Bucket Fillers and Superman

My big bro recently sent me a couple links that he knew would intrigue the teacher in me.  He was definitely right.  The first one is How Full is Your Bucket? For Kids.  I saw a couple teachers use parts of this in their classroom last year, as well as, "Have You Filled a Bucket Today?, and I really love the idea.  There is an adult version of How Full is Your Bucket?, which is all about how we invest in, build up, or deplete one another daily.  It is written by the authors who also wrote "Strengths Finder," an awesome book that helps teach you how to identify and build on your strengths in life, rather than focus on overcompensating for your weaknesses.  "How Full is Your Bucket for Kids" is meant to teach children how to daily build others up or, as they put it, be a "bucket filler."  It is a super cute concept, and a great value for kids to learn.  Both books do a great job at really emphasizing what a difference our words can make in the lives of others.  This is something I would love to do in a fun way with our kids some day.  Here are a couple cute ways it has been used in classrooms:

Mrs. Saccoccio's Class Blog:

Beth Newingham's Class Website:

The second link my brother sent me is the trailer for an upcoming documentary, and it will definitely make you think, and perhaps respond.  It's a documentary sharing the often tragic details of the education system in America, called "Waiting for Superman." I am definitely curious to see the entire film, although the clip is already heartbreaking in a lot of ways.  With the heart and occupation of a teacher, it is so difficult for me to graspt how crazy and difficult it is for so many children to get a chance at a great education.  You should definitely check it out.  Thanks for the great info. Darin!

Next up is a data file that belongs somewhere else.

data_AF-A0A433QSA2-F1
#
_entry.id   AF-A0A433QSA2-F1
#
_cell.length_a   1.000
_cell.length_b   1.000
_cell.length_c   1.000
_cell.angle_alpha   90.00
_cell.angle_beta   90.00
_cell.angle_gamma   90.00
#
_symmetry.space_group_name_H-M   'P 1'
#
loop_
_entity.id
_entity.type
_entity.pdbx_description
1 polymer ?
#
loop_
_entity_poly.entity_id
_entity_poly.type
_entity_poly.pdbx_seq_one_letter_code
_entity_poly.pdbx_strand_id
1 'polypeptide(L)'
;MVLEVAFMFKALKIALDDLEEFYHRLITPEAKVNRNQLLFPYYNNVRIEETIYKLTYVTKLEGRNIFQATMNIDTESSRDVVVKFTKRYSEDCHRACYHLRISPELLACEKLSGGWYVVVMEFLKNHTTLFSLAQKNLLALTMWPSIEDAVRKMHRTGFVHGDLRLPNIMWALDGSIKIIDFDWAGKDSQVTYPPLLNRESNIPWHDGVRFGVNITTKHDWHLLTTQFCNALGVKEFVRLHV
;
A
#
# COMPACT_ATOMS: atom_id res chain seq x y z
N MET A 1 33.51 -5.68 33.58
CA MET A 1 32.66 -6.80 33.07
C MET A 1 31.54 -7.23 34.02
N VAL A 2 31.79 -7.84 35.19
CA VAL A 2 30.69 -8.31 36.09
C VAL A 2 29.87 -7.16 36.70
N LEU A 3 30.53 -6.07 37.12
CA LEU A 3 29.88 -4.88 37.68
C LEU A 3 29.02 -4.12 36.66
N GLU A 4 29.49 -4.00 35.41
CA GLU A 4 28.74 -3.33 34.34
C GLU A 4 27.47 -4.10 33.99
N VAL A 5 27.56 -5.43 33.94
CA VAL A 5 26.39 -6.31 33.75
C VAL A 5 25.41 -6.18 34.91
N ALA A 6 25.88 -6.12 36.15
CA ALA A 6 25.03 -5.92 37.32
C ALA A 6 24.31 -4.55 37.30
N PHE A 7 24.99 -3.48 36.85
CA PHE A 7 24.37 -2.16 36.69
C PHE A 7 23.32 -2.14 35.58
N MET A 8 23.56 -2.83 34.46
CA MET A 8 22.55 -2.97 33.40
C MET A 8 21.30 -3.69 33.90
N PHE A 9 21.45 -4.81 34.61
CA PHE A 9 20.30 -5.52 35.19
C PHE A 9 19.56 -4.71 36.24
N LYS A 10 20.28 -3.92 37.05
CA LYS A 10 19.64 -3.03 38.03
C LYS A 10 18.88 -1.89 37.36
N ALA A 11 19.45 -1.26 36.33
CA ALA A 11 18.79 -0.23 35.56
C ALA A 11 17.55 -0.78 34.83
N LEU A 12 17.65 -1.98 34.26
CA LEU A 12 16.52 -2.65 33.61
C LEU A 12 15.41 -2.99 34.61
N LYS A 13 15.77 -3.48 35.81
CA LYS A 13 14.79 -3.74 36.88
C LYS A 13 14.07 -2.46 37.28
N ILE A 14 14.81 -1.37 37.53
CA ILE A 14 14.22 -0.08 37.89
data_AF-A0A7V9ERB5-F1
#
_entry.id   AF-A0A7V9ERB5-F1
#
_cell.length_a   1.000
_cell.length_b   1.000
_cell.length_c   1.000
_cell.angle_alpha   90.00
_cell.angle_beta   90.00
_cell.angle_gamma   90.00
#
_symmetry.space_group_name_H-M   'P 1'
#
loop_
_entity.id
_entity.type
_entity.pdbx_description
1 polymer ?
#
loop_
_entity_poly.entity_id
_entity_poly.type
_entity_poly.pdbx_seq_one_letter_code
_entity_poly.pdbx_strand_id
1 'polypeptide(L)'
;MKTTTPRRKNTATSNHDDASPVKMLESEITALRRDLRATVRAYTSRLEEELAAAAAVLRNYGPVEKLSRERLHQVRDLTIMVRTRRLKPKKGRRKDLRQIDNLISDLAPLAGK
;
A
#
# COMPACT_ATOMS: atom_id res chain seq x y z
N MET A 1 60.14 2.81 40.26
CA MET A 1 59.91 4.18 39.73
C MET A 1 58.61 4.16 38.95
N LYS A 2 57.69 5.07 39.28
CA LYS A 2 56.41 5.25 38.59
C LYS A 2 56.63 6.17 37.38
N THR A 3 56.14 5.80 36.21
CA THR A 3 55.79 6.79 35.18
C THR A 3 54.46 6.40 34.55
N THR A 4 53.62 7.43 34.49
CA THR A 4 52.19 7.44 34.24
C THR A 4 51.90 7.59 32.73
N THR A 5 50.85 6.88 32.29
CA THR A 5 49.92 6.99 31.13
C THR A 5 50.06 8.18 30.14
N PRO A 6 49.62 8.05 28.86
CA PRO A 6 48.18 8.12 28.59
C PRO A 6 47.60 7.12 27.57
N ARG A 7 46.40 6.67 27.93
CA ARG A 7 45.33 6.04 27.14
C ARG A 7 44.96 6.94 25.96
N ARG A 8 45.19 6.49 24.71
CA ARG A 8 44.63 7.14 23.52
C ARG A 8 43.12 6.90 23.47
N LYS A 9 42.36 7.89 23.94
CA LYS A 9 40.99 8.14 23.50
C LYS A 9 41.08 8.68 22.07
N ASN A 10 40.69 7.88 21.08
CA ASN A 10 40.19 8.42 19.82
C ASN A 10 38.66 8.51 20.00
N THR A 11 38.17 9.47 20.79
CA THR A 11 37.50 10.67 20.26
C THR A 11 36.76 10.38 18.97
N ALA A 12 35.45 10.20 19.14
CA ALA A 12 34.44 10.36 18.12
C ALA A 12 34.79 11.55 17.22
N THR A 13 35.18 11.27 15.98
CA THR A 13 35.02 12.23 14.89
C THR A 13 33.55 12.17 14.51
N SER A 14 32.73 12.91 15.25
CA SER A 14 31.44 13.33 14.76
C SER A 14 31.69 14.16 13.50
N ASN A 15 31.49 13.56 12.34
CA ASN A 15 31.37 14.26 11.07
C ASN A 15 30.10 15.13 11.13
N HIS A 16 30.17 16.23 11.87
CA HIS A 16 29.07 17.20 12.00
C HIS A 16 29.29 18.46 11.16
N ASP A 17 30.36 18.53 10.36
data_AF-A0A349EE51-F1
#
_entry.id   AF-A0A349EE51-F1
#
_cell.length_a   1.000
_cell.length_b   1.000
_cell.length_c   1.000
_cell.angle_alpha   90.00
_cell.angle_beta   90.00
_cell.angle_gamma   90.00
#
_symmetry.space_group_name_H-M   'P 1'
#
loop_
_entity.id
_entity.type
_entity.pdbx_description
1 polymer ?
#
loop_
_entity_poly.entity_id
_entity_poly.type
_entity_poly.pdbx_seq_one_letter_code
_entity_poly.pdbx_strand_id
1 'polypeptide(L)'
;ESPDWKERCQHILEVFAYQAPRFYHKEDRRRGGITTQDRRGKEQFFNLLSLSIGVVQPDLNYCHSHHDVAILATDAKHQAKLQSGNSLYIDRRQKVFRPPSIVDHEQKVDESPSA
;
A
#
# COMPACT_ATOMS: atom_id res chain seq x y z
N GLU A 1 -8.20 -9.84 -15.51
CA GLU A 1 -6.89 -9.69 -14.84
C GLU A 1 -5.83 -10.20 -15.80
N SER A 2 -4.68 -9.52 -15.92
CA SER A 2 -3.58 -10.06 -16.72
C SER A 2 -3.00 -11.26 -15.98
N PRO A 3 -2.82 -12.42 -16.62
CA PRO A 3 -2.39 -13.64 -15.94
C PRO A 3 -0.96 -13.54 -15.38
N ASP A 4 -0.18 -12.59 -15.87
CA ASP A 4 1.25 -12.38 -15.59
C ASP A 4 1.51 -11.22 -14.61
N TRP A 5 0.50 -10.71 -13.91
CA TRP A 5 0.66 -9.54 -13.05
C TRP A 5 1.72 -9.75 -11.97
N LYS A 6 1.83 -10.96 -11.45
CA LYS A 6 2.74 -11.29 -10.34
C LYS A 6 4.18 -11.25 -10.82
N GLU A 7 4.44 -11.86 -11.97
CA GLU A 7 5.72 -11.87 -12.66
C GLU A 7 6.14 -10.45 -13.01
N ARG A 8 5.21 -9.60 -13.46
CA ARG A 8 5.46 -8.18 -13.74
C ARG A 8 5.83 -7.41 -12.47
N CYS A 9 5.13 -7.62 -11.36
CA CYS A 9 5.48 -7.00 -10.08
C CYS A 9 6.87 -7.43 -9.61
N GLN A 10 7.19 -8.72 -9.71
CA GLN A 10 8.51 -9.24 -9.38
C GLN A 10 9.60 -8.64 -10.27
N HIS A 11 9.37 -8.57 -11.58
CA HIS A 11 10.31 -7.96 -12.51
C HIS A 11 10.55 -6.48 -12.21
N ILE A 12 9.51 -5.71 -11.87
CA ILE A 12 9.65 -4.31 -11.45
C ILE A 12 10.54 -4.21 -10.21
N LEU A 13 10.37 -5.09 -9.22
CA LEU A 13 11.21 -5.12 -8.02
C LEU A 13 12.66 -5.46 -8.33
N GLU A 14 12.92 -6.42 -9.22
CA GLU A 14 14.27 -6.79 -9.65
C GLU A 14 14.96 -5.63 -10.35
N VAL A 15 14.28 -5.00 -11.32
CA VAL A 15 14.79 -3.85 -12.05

1 comment:

sandra mae said...

hey Page- you should check out this book called "Everyday Sacred- A Woman's Journey Home" by Sue Bender. it's a an awesome book- definitely more "spiritual" than "religious"-- it has some great concepts and ideas, very similar to the bucket books you wrote about- it's about our own "bowls."
here is a link- maybe the library has it!